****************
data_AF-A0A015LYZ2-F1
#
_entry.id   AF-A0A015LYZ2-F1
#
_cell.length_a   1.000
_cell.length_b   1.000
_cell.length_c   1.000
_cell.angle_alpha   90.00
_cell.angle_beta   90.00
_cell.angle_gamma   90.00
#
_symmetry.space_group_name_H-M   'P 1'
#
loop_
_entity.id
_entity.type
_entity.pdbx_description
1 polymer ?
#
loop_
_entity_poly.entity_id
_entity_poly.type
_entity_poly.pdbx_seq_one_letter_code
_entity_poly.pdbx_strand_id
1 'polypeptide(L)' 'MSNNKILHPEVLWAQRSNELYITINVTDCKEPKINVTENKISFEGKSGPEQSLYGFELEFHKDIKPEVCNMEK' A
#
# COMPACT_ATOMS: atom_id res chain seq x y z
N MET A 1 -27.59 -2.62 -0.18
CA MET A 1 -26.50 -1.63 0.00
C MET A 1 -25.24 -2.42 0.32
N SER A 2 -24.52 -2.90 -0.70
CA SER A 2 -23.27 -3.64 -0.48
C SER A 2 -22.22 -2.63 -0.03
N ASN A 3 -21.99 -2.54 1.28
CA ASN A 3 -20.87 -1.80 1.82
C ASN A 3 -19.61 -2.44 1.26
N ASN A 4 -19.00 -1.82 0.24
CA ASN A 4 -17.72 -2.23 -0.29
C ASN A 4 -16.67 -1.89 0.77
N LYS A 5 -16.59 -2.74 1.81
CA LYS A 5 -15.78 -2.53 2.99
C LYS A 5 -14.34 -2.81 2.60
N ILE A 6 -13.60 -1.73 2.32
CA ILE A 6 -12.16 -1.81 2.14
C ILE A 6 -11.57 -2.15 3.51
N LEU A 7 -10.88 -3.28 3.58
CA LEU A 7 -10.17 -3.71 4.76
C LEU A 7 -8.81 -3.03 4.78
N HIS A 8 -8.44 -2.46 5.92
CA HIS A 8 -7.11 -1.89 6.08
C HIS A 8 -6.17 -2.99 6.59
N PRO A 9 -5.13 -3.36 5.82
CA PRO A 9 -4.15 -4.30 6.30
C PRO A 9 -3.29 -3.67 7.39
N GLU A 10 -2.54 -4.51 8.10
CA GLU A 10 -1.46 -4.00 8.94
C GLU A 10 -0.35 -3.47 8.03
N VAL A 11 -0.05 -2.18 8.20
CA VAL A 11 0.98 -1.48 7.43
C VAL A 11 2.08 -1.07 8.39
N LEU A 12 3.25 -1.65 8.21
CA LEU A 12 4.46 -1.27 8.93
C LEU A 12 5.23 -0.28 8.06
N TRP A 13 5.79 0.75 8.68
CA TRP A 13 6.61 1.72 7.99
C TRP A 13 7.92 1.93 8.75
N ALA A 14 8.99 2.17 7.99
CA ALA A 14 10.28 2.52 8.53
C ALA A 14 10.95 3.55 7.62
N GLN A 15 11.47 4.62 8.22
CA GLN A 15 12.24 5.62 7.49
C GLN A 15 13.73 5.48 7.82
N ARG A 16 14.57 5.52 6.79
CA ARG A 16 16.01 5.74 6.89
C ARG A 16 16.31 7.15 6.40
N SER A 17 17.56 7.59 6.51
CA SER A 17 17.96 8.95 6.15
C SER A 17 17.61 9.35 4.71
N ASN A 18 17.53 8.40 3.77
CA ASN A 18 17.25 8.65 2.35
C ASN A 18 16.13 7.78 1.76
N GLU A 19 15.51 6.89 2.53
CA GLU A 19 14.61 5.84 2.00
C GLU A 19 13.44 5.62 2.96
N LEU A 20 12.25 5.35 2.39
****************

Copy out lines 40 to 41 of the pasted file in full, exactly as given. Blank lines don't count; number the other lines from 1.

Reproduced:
N LYS A 5 -16.59 -2.74 1.81
CA LYS A 5 -15.78 -2.53 2.99